My year as the DTH's community manager

I served as The Daily Tar Heel's community manager during the 2010-11 school year. I created the position a year earlier in my role as the paper's online managing editor to extend our engagement efforts online. Throughout the year, I experimented with new technologies to reach readers.

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  1. As community manager, I was responsible for paper's online presence. This involved ten branded Facebook and Twitter accounts, a Tumblr, YouTube, Reddit and Storify accounts. Additionally, I moderated comments on dailytarheel.com and helped editors brainstorm print-online collaborations.


    At the beginning of the year, I laid out my goals for readers:


         "As a news organization, we succeed only when we’re in touch with our      

          readers. We’re one of the few college papers to have a dedicated 

          community manager, and we’re serious about interacting with you in 

         person and online. My job this year is to make sure we hear from you. 

         Whether you hate what we’re doing, love it, want more of this or less of 

         that — we want to know."

  2. I focused my work around:

    1. Improving interaction with the community as a whole and with the paper's niche communities
    2. Encouraging and facilitating reader-generated content
    3. Promoting our content and news of interest to our readers
    4. Training staff in best practices
  3. As community editor at a college paper, this naturally meant I spent a lot of time on Facebook. During my time as community manager, we became the most "liked" college paper on Facebook. More importantly, we increased the number of interactions with each of those fans. Interactions increased 126 percent and overall fans by 70 percent over the previous six months.
  4. I posed questions to generate discussion on articles, both in individual posts and using the poll feature:
  5. I also used Facebook to find sources and experts for stories. After the Japanese tsunami, I reached out through our page and found a number of current students and alumni in the country willing to talk with our reporters. Their accounts helped to localize an international story for our audience:
  6. In the past, the paper's Facebook page was mainly used to share feature stories. Recognizing its widespread use among our readership demographic, I increased the amount of breaking news I shared with the account, seeking to make our Facebook page as up-to-date as possible. This approach drastically increased referral traffic to the paper's website, particularly during the basketball season.
  7. I also used the account to share reader-submitted photos. Before classes started, I arranged for a handful of freshmen to document their first weekends on campus with disposable cameras. We highlighted the photos online and in the paper. The approach enabled us to tell an old story  — move-in weekend — in a new way.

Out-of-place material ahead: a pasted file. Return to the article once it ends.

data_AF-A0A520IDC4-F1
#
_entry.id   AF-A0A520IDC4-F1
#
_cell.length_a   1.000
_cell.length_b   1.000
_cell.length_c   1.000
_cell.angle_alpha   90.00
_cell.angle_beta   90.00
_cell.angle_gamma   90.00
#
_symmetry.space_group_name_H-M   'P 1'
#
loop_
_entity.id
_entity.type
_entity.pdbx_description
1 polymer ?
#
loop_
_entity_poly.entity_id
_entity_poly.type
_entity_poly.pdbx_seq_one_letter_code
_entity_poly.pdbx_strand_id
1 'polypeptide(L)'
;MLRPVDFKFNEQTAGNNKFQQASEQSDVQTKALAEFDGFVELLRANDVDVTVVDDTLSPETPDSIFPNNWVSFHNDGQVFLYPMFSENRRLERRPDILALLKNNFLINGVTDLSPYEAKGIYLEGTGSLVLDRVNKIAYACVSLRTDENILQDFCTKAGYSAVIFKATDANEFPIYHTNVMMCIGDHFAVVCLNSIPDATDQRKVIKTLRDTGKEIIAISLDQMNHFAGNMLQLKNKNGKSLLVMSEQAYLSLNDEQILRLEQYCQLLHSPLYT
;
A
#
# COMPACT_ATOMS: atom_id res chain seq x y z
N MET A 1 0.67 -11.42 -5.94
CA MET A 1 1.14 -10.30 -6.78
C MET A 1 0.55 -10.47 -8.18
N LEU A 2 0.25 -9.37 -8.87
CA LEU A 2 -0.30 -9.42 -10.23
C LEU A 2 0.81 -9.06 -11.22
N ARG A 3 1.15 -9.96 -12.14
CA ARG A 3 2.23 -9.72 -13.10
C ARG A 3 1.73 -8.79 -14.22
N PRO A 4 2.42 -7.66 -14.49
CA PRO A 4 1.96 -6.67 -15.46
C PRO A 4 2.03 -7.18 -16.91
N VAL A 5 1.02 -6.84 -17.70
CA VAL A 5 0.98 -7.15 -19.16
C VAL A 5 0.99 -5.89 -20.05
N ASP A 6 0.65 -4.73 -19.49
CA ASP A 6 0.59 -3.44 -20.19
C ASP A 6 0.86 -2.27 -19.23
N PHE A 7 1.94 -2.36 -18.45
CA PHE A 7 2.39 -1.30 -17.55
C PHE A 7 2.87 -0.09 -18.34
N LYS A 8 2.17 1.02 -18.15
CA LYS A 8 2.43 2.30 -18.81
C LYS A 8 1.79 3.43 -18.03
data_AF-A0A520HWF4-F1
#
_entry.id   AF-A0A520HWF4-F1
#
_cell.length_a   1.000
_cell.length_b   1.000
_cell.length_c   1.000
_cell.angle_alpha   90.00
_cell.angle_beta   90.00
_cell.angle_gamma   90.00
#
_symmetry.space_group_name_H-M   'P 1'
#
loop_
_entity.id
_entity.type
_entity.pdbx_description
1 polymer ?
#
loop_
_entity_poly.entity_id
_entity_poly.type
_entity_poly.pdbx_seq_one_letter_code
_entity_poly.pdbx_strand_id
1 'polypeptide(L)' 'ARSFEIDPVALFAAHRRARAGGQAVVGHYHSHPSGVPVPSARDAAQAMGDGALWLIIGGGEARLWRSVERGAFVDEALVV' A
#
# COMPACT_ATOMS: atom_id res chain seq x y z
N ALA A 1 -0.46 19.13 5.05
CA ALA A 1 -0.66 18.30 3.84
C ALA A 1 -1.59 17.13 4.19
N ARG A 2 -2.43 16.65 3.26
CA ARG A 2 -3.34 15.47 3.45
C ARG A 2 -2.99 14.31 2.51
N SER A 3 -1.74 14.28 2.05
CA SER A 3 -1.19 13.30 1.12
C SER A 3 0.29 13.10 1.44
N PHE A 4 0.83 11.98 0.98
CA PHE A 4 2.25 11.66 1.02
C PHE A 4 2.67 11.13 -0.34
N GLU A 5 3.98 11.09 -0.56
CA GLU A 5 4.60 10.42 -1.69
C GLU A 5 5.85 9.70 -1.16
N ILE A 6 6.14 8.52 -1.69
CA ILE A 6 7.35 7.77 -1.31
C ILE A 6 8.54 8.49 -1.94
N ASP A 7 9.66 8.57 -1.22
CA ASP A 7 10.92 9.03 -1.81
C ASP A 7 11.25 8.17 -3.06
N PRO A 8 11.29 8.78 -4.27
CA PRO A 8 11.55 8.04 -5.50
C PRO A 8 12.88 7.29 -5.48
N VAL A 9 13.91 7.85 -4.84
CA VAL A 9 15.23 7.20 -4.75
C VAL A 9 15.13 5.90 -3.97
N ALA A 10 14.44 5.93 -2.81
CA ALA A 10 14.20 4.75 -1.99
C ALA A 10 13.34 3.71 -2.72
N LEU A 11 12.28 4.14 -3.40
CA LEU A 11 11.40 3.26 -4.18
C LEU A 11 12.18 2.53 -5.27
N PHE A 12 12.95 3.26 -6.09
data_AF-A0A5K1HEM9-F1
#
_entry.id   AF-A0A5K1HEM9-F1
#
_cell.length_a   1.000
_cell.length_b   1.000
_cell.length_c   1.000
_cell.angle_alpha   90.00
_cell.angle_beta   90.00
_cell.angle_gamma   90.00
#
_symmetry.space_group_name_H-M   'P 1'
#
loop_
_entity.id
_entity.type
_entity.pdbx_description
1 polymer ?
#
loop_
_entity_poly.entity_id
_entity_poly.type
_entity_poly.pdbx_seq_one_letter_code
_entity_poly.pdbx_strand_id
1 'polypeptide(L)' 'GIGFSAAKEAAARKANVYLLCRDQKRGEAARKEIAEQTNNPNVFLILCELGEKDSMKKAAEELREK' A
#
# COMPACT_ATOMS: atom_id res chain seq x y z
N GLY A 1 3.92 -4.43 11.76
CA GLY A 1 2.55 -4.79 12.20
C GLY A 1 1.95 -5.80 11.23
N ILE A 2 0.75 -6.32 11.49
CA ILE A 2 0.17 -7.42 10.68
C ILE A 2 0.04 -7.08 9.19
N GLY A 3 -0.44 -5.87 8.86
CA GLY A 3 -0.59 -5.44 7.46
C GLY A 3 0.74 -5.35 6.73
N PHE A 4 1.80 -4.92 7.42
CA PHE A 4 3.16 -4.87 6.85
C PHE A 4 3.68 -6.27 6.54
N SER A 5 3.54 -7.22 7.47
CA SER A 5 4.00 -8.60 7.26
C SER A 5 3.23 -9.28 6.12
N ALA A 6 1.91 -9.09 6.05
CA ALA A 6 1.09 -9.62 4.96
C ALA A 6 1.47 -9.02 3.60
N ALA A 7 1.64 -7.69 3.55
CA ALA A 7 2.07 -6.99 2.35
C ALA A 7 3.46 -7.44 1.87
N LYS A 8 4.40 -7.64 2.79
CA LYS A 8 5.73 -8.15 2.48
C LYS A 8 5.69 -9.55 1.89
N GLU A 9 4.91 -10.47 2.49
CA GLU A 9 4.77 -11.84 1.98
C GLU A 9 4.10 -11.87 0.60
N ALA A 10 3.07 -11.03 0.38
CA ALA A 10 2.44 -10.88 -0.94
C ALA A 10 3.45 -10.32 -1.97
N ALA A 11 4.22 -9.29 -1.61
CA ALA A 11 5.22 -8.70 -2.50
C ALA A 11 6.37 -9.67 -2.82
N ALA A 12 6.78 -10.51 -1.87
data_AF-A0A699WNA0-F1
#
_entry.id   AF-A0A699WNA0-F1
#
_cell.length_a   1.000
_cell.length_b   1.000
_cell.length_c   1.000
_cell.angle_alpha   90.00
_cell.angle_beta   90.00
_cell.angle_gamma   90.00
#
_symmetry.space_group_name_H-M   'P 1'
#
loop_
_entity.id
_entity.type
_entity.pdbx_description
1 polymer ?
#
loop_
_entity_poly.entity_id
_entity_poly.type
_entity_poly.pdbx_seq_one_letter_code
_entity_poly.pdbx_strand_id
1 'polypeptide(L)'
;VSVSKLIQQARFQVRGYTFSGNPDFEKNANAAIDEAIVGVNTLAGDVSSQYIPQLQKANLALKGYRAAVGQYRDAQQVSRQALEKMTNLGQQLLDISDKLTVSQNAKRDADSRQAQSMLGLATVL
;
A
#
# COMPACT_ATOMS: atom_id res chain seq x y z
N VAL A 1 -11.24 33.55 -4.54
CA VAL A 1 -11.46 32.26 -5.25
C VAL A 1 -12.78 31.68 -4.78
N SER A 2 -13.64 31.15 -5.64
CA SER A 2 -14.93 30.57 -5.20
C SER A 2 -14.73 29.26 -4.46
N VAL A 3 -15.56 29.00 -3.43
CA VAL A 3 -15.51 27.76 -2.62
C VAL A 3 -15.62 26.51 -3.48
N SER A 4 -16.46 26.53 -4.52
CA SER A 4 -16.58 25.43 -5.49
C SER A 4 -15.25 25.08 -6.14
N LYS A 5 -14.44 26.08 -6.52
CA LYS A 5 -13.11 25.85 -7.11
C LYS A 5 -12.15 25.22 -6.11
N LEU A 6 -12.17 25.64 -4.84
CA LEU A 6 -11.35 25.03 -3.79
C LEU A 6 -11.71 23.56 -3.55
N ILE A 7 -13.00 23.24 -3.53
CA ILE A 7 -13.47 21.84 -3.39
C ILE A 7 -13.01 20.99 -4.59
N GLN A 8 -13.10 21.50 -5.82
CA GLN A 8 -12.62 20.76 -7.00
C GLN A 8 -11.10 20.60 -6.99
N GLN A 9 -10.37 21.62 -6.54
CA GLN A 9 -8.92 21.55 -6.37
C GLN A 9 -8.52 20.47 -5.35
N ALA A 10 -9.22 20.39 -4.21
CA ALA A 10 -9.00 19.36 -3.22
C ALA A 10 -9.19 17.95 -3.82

8. Before I took over the paper's accounts, posts were generally scheduled and primarily promoted only our own content. I minimized scheduled posts to make the accounts more accessible and frequently retweeted others (including our competitors). I responded always to questions, concerns and critiques made online, often following up through email or in person to make sure the issues were resolved.
  9. On Twitter and Facebook, I also worked to encourage discussion around the topics of the day. When multiple police reports describing a male intruder surfaced, I used the opportunity to highlight safety awareness. We asked readers to submit their own safety tips and I linked to experts' advice as well.
  10. In March, the UNC community marked the third anniversary of former student body president Eve Carson's murder. Her impact on the campus, during her life and in death, has been profound, and I sought an appropriate way to memorialize and commemorate her life. I asked readers to share their thoughts and memories using the hashtag #EveToday, and the response was overwhelming. We received hundreds of responses on Twitter and Facebook, many of which I retweeted from the main @dailytarheel account and all of which I compiled into a Storify-turned-memorial book:
  11. On the Tumblr blog I created, I embraced the visual emphasis and shared DTH photos and editorial cartoons, as well as reader-submitted content. Photos of weird goings-on in the Quad, reader comments and national stories about higher education trends. I also used it to respond to complaints about our coverage I saw raised in other Tumblr blogs:

  12. It was important to me to focus on training efforts within the newsroom as well. College students are often credited for their experience with social media, but my experience has shown that most college journalists are not aware of the many ways to use it professionally. I held training sessions for staff and worked individually with editors and reporters on a case-by-case basis to help them improve their online storytelling.
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